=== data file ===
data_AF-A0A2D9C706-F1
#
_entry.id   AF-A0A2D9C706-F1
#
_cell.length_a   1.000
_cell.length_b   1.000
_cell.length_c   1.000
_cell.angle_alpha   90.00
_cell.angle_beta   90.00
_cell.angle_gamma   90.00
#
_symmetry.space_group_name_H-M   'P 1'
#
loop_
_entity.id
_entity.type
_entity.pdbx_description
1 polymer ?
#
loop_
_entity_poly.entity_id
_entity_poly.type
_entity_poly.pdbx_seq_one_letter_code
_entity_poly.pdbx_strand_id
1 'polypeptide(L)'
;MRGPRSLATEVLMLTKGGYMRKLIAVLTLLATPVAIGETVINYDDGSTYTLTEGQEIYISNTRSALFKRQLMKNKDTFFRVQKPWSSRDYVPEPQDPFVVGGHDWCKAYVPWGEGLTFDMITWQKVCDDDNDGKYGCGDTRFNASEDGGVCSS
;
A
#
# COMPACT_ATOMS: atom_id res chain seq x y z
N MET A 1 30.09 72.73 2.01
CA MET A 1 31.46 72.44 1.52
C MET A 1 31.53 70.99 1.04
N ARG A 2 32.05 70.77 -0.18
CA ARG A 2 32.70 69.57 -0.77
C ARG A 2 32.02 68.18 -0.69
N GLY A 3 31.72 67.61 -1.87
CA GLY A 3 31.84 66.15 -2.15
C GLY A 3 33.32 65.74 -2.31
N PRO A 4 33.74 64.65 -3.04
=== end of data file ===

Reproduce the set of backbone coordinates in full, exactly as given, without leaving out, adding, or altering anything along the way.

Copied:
data_AF-A0A2D9C706-F1
#
_entry.id   AF-A0A2D9C706-F1
#
_cell.length_a   1.000
_cell.length_b   1.000
_cell.length_c   1.000
_cell.angle_alpha   90.00
_cell.angle_beta   90.00
_cell.angle_gamma   90.00
#
_symmetry.space_group_name_H-M   'P 1'
#
loop_
_entity.id
_entity.type
_entity.pdbx_description
1 polymer ?
#
loop_
_entity_poly.entity_id
_entity_poly.type
_entity_poly.pdbx_seq_one_letter_code
_entity_poly.pdbx_strand_id
1 'polypeptide(L)'
;MRGPRSLATEVLMLTKGGYMRKLIAVLTLLATPVAIGETVINYDDGSTYTLTEGQEIYISNTRSALFKRQLMKNKDTFFRVQKPWSSRDYVPEPQDPFVVGGHDWCKAYVPWGEGLTFDMITWQKVCDDDNDGKYGCGDTRFNASEDGGVCSS
;
A
#
# COMPACT_ATOMS: atom_id res chain seq x y z
N MET A 1 30.09 72.73 2.01
CA MET A 1 31.46 72.44 1.52
C MET A 1 31.53 70.99 1.04
N ARG A 2 32.05 70.77 -0.18
CA ARG A 2 32.70 69.57 -0.77
C ARG A 2 32.02 68.18 -0.69
N GLY A 3 31.72 67.61 -1.87
CA GLY A 3 31.84 66.15 -2.15
C GLY A 3 33.32 65.74 -2.31
N PRO A 4 33.74 64.65 -3.04